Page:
Source: The Department of International Relations and Cooperation
Title: SA: Ebrahim: Address by the Deputy Minister of International Relations and Cooperation, at the tenth annual regional seminar on the implementation of International Humanitarian Law, Johannesburg
Honourable members of official delegations from the Southern African Development Community (SADC) and other participating countries
Ms Catherine Gendre, Head of Delegation of the International Committee of the Red Cross Regional IICRC) Delegation for Southern Africa and the Indian Ocean Islands
Other members of the ICRC staff present, from this region and Headquarters
Excellencies, Colleagues, distinguished guests
Ladies and gentlemen
It is an honour for me to open this 10th Annual Regional Seminar on International Humanitarian Law (IHL), which the Department of International Relations and Cooperation (DIRCO) co-host with the International Committee of the Red Cross (ICRC). I extend a very warm welcome to you all on behalf of the Government and people of South Africa and the ICRC. The fact that this is the first international seminar of this kind to be hosted at our new Headquarters makes the welcoming extra special. I also hope to see all of you again here in South Africa in little more than a month, with the opening of the 2010 FIFA World Cup, the first African World Cup.
Allow me also at the outset to thank Ms Catherine Gendre for the excellent work she has done while heading the Pretoria delegation of the ICRC and for arranging the past four annual seminars. Her, and her team's efforts to promote IHL in Southern Africa, and beyond, is much appreciated. As the ICRC is the custodian of IHL, it is natural that we co-host this Seminar with them.
However, we have learned with sadness that Ms Gendre is leaving us later this year to take up another exciting post in Addis Ababa, but we are looking forward to work with Mr Gherardo Pontrandolfi, who we are certain will be an able replacement for Ms Gendre.
Ladies and gentlemen,
As you would know the objective of the seminar is to, amongst other, review and discuss the present state of implementation of IHL instruments in our respective countries and to examine the requirements and challenges of some of these IHL instruments. This year the focus is aimed at discussing the Cluster Munitions Convention and the recently adopted African Union (AU) Convention on the Protection and Assistance of Internally Displaced Persons (IDPs), both issues that are critical in contributing to a better and safer world.
DIRCO is co-hosting this Seminar because its theme resonates with our country's foreign policy, which include the promotion of development and the contribution to the resolution of conflict on the African continent and the building of an environment in which socio-economic development can take place. It is our view that sustainable socio-economic development cannot take place without peace and stability. Similarly, socio-economic development is critical for addressing the root causes of conflict and instability. Therefore, in pursuing our vision of a better world, we are motivated by the consideration that justice and respect for international law should guide relations between nations.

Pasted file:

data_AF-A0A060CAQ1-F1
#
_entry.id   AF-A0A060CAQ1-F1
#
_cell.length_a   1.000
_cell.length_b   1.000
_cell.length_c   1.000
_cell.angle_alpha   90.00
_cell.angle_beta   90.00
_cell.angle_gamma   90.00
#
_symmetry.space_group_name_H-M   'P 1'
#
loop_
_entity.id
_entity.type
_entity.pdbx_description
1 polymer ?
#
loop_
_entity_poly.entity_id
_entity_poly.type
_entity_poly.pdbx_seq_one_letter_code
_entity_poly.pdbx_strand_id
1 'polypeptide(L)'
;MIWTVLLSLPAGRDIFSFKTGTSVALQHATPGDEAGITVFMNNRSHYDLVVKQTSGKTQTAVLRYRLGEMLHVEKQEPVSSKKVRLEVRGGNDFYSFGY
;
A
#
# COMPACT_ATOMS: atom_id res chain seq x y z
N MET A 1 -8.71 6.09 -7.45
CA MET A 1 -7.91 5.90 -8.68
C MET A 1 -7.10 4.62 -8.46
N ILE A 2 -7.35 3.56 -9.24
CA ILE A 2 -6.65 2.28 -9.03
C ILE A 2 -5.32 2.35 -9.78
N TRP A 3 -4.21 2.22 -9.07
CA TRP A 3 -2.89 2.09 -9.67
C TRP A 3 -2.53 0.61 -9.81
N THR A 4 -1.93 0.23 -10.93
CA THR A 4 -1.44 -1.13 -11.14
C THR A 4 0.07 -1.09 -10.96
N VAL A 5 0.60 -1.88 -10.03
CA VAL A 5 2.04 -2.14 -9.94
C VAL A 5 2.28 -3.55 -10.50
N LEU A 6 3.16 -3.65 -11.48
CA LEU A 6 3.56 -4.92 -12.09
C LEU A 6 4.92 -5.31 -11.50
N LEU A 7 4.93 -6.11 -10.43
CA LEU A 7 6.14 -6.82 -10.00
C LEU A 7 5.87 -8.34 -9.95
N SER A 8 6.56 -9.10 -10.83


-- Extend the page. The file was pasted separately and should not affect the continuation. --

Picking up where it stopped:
Ladies and gentlemen,
International Humanitarian Law is a set of rules which seek, for humanitarian reasons, to limit the effects of armed conflict. It also seeks to prohibit all means and methods of warfare which, inter alia, fail to discriminate between those taking part in the fighting and those who are not, with the emphasis on protecting the civilian population, individual civilians and civilian property. Recognising the challenges that Africa face particularly with regard to conflicts, the relevance of the promotion of IHL remains important.
It is within this context that the reflection on the Cluster Munitions Convention is relevant during this seminar, specifically as we are now aware that the Convention will enter into force on 1 August 2010.
As a country that used to produce and stockpile cluster munitions that have an area wide-effect, we have come to the belief that these weapons have become obsolete as means of modern warfare. In a Continent marred by recent conflicts as well as continued efforts to build post-conflict peace and reconciliation, one cannot erase the fact that cluster munitions can cause devastating consequences years and even decades after the cessation of active hostilities and the conclusion of peace agreements.
It is with this recognition that our former Minister of Defence, Mr Charles Nqakula, already announced during 2004 that South Africa will destroy its relatively small stockpile of outdated cluster munitions.
Importantly, the Convention on Cluster Munitions contains pioneering provisions on victim assistance, a crucial humanitarian assistance provision that sets a new standard on the responsibilities of States in dealing with cluster munitions victims and their dependants. Victim assistance is not restricted to immediate medical care, but to rehabilitation; the prospect of life-long prosthetic assistance; vocational training and socio-economic reintegration, as victims in many cases are no longer able to be economically active in their previous occupation. In this instance, South Africa continues to believe and advocate that international cooperation and assistance remains paramount to the full implementation of all aspects of the Convention.